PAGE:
This is something I’ve been noticing more and more lately, to the point its begun to irritate me in books I’m reading. It’s the use of phrases like “a long moment” to denote a pause in a conversation or an action. And yes, this is something I’ve used myself in past stories and novels, and something I’m going to have to take a long hard look at going forward. It’s come up quite a lot in the latest “Ring of Fire” book I’ve been listening to in the car, and it finally struck a chord with me this week as I drove home one night.
I get the purpose, really. People engaged in difficult conversation sometimes stop talking. They shut down, think about what they want to say next before they move the topic along. So adding She paused for a long moment, is a kind of short hand for that break. You not only get a description of the break, but you get words strung in the middle of the sentence that feels like a break in the conversation. It gives the reader a precise idea of what’s happening at that moment, exactly what they need.
The problem is that it’s short hand. Okay, let me rephrase this so I’m not going off the rails and sounding like I’m attacking folks, because I’m not (I did mention I’ve used this, too, did I not?). It feels, in my opinion, like a cheap way out of writing something more meaningful. Instead of describing actions, emotions, the underlying thoughts of the character, we’re using a cheap method to create the break we want. But it says nothing useful and lacks purpose; it’s a sawdust filling in place of a concrete foundation. Used sparringly, you might not notice it. Used a lot, and your story is going to be significantly weakened by such phrasing.
Rhythm of language, the expression of emotions, these are hard things to relay. It’s much easier with short cuts. And for certain types of books, those shortcuts are fine. When you’re pumping out a lot of popcorn novels, shortcuts are a necessary evil to producing content. There’s only so much time to find the right phrasing that fits the scene you’re laying down and works in the context of the characters on the page. It’s vastly easier to go with simple and generic. The Ring of Fire series does this a lot, and I mostly don’t mind. I really do enjoy these books and the interplay of modern sensibilities and technology with their 17th century counterparts.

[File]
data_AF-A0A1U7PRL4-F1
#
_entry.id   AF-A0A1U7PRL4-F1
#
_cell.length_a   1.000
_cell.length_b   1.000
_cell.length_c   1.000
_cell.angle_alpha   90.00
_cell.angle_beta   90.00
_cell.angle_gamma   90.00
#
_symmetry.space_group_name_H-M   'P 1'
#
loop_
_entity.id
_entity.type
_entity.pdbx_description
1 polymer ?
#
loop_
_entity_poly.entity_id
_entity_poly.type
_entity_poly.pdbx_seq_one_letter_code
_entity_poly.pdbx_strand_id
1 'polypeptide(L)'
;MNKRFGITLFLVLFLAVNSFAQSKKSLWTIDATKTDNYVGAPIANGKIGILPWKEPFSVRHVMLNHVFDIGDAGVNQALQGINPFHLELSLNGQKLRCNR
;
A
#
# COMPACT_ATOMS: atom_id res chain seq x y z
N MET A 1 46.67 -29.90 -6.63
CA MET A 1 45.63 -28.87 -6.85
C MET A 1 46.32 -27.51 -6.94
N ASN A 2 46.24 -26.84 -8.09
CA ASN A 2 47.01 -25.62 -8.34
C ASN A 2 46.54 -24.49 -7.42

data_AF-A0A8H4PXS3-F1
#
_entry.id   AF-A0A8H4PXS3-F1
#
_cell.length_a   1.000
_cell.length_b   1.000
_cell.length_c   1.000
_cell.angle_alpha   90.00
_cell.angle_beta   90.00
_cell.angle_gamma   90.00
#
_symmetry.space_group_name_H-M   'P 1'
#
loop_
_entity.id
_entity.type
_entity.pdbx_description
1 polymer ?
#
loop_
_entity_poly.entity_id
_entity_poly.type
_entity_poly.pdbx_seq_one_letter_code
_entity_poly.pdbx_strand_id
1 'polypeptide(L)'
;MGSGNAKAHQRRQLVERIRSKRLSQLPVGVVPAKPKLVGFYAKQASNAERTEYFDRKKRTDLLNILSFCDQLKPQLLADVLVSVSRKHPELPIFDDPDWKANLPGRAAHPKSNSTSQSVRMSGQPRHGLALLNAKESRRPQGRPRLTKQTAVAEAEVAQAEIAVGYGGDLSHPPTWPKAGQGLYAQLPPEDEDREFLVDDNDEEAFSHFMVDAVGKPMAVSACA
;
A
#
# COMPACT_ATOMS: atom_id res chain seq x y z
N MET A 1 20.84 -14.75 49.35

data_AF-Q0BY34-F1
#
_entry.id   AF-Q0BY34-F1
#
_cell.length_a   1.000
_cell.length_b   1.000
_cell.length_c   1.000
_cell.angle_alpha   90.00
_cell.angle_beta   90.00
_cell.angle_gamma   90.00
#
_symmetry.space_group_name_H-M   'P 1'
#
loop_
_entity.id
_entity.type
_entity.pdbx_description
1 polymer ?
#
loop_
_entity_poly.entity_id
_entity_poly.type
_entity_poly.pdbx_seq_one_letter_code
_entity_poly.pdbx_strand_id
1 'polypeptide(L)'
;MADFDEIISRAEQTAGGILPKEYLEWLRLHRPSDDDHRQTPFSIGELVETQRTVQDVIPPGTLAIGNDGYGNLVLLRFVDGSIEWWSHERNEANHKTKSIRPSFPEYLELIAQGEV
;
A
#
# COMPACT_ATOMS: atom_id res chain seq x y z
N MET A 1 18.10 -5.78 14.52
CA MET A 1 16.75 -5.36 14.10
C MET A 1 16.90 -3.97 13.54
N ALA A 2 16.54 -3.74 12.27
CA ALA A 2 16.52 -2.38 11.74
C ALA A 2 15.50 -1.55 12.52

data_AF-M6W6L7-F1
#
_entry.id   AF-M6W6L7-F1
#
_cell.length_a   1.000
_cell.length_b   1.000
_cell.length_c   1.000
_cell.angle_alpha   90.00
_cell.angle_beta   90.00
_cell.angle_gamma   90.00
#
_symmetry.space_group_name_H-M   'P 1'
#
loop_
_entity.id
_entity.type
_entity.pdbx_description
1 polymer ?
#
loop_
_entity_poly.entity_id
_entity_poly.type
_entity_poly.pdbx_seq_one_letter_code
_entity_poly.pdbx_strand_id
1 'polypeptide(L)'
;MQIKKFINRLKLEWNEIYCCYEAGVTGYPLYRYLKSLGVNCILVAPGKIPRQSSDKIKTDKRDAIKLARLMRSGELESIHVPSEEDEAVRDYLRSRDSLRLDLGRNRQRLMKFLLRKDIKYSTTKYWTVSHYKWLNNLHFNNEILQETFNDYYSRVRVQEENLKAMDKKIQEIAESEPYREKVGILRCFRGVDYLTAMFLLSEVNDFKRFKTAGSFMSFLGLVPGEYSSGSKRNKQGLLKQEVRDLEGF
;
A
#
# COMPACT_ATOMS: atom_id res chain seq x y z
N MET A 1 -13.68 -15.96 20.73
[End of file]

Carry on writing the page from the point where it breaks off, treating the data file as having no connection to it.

But that’s not the kind of writing I want to do. I want to delve deeper into those still waters and drain them for real nuggets of character actions that reveal something true about the story. Instead of She paused for a long moment, her eyes staring into mine I want to find the reasons she pauses. Did she get up to get a drink, showing us that she relies on outside crutches when she’s upset? Did she think to herself about the day he introduced her to his father, and how she knew deep down that the man didn’t approve of her for his son? Did she reach into her purse and find the letter he had written her when they were seventeen, the one that said he’d be there for her always and love her, a letter she’d kept worn and oft mended with scotch tape for twenty years?
Shortcuts are great for writing fast. Get in, get through the pacing of the scene, get out. But on re-write, I’ll be looking for these types of crutches now and seeing if I can improve on the idea of what I’m trying to get across. I think I can do better as a writer, very much want to do better as a writer. This is one of those moments where, on your own, you recognize something for what it is and begin to address is so you can improve what you’re producing.
No more long moments, no more pausing. Ditch those soft, easy phrases and find the meaningful ones. Find the soul of the moment and give it a sweet ass shine that can’t be ignored and won’t irrate your readers the twentieth time you’ve said it.
Things to watch for as I edit my stories and novels:
- Paused for a moment/a long moment
- Eyes met mine (sometimes searching)
- Smiles (lots and lots of smiles, and sometimes lots of shrugs)
Again, nothing wrong with using them here and there. A shrug can say a lot actually, as can a smile. Eyes that meet and look away can, in the context of a discussion, say a lot about the characters. But overused, they become a crutch to what I think of as good writing. So let’s take a long moment and ponder this thought.